Aircraft Accident Investigation as Fiction?

Why write a fictional story on aircraft accidents?
There are numerous books – both fiction and non-fiction – on the bookstore shelves that speak to aviation accidents and disasters. These describe in intimate detail how an accident investigation takes place, what resources are necessary, and what talent must be tapped. Often enough they are authored by people who have been a direct part of the process, touching the broken pieces of a once flyable aircraft, and applying an analytical view into what is left. These writings are often systematic, impersonal, yet informative looks at the entire process through the eyes of the author; a teaching instrument that breaks down the case piece by piece and lays it out for the reader; in short: a textbook.
I have known other authors who have written the non-fiction versions of accident investigation; they are true to the process; they are true to the reader, walking him/her through each case as it happened. They are textbooks, designed to teach – not necessarily to entertain. The very purpose of non-fiction is the telling of credible intelligence, to instruct for the purpose of education and/or the simple advancement of one’s knowledge. These authors have my respect.
Then there are fictional stories that tell a tale about an imaginary tragedy. Often these novels – and in some extent, movies – are obviously fabricated. I don’t say this to showcase my book (though this is my website); instead I say that it is because of these books that I wrote my novel.
People in aviation are a technically accurate lot and they are a hard audience to please. A good friend of mine, Bill O’Brien, said that, “mechanics are visual by nature; they must see what it is they are going to do, whether on paper or in their minds.” In the same respect flight attendants are more procedural, accomplishing their work in an orderly fashion. Pilots have to be reactive; although they are procedural in many respects, they have much more of the unexpected to reply to. But one thing all aviation people demand is … accuracy.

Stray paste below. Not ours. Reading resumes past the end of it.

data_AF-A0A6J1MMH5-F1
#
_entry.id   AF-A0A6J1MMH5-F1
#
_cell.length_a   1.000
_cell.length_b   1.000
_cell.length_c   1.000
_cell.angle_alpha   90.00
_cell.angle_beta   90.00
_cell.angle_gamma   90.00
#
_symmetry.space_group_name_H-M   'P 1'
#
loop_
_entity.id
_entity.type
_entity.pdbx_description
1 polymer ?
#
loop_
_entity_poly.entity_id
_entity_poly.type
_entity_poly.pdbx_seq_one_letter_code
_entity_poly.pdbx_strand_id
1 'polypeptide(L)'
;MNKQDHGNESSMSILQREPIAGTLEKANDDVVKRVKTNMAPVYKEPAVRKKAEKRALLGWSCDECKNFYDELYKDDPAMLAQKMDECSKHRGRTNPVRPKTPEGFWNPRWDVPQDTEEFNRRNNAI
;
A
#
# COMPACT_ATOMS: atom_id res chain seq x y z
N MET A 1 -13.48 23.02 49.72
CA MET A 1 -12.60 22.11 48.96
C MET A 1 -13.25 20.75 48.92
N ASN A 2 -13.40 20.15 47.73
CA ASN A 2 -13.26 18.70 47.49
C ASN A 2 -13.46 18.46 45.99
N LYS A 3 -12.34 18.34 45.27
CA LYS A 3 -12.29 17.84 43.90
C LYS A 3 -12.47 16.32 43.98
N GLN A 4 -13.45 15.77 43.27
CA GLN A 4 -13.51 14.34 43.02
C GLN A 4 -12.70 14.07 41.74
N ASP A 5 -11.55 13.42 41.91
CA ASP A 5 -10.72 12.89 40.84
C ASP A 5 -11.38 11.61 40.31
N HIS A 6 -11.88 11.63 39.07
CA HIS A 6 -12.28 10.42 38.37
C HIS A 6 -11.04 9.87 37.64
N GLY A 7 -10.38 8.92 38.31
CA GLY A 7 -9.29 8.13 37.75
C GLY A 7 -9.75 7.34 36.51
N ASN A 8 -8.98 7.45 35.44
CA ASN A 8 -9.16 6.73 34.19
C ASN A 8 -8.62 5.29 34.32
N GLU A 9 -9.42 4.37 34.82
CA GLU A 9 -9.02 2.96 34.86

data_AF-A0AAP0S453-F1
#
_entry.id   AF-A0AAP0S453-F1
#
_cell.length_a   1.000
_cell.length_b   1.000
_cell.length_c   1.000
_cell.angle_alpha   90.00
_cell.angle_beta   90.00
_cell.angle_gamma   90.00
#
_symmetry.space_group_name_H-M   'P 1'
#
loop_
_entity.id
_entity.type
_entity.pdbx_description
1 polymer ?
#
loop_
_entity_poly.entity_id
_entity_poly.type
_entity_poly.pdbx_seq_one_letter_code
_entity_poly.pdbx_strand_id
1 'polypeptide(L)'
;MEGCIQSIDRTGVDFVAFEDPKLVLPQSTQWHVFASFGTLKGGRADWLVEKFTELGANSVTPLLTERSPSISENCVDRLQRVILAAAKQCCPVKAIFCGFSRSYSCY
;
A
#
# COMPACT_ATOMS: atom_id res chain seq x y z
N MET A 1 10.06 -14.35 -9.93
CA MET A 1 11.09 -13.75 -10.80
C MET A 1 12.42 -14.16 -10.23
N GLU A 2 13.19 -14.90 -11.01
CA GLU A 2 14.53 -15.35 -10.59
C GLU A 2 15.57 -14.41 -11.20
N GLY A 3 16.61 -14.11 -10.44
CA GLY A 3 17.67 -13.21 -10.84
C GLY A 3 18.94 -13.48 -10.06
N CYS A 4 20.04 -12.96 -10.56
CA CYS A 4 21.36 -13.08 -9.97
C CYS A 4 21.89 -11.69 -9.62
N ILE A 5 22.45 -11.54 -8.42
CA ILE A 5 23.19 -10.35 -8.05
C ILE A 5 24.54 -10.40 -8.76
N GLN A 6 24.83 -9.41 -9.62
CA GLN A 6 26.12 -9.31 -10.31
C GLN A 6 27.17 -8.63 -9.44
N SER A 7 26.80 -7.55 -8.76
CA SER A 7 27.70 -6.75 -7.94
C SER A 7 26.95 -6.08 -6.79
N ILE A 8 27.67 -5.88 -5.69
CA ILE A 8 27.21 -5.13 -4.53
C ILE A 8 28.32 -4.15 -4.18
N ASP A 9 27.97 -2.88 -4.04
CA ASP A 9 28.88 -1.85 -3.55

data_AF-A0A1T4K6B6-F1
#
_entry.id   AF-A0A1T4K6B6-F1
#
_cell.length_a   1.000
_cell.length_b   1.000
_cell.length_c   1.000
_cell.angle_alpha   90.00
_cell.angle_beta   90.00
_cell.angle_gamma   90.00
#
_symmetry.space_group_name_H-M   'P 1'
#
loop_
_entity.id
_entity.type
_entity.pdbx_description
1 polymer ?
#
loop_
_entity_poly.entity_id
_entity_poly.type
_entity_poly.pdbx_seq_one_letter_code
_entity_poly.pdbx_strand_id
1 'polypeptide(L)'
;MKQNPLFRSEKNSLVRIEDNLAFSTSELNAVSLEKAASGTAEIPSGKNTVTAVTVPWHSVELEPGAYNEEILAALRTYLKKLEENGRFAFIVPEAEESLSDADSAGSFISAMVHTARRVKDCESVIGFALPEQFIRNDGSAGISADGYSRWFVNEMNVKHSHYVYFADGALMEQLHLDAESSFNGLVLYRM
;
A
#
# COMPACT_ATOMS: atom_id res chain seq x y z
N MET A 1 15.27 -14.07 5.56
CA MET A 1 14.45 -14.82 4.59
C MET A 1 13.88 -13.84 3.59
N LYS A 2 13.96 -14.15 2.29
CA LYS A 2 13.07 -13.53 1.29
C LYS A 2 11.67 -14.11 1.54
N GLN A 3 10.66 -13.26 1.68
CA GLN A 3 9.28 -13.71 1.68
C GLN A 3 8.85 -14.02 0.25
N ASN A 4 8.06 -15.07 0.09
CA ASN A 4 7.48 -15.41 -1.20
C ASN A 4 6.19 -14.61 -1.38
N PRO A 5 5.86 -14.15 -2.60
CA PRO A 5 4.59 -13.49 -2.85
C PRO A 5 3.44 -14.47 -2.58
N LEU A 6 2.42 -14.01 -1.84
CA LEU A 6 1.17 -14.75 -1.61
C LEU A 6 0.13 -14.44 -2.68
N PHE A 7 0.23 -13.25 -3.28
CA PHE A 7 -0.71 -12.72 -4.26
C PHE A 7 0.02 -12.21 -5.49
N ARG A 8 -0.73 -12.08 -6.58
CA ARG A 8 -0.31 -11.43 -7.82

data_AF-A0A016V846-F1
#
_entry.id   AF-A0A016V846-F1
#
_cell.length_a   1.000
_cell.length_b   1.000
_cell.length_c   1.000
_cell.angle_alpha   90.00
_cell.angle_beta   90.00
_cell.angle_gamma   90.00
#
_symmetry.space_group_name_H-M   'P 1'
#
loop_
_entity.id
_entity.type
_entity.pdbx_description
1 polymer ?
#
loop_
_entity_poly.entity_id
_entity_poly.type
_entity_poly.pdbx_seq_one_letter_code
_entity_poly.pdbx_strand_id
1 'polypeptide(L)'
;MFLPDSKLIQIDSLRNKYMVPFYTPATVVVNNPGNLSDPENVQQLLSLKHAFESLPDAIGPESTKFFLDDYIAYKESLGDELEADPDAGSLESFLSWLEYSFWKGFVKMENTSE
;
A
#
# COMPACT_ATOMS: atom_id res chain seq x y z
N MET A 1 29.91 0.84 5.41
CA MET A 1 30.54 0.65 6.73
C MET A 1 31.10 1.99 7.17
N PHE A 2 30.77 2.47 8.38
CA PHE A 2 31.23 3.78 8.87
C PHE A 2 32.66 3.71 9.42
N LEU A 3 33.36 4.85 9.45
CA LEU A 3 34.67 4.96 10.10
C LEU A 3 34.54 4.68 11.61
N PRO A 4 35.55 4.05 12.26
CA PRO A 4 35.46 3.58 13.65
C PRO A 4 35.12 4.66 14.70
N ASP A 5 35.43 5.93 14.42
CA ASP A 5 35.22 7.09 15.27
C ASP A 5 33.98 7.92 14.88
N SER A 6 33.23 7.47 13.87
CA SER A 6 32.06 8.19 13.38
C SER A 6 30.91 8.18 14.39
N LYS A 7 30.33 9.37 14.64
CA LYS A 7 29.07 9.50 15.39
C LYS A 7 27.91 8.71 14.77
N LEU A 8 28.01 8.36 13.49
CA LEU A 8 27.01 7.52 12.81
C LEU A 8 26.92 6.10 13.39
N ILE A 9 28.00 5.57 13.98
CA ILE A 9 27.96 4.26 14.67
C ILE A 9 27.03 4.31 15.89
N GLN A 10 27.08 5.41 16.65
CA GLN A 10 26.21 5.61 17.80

I’m reminded of a movie from the eighties; the protagonist needed to convince himself to go back sixty years in time. He accomplishes this by surrounding himself in detail; immersing himself into the 1920s; he creates … a story to live in. He succeeds so well that he literally goes back to live in the 1920s. However, at the conclusion his adopted world crumbles when he finds a penny dated ‘1980’ in his back pocket; suddenly he’s returned to the 1980s. Furthermore, he can no longer ‘go back’, being forever ripped from the past and locked in his home decade.
That’s what a novel is, the ability to forsake one’s world for another; to be totally engrossed in the story. But it has to be accurate; it cannot insult the intelligence of the reader; force him/her to accept, not the impossible, but the unlikely.
For me, many of the novels and films about fictional aircraft accident investigations are unlikely; they rudely tear me out of the story and dump me unceremoniously in my chair, staring angrily at a collection of now useless pages that cost me $15 or more. A pilot cannot nose dive into the ocean and survive; an aircraft cannot whack its wing against a building and continue flying; and a helicopter blade cannot rip through brick and mortar like a scalpel through cream cheese and remain intact. It is supposed to be fictional, not unbelievable.
The reason I write fiction – despite the fact that what I write is based on my experience as an investigator – is also to convey what I know and have done, but not in the noble way of the non-fiction writer. My purpose is to ensnare the reader; trap him/her in a story and while holding them captive, allow them a view into my world. My job is to take them on a journey – an expedition immersed in reality – through the developing plot. I get them access to testing of a sister aircraft; sit in on the NTSB progress meetings; and I let them experience the roadblocks and victories each distinguished investigator must go through as they keep their promise of: Never Again, to the victim’s families.
If the reader encounters a teaching moment, so be it. They should have known the trip would be dangerous.
So please, when you read my book, know that you will be pulled through a story steeped in authenticity with characters portrayed with respect and credibility. You will never find a troublesome penny to drag you from the ride.

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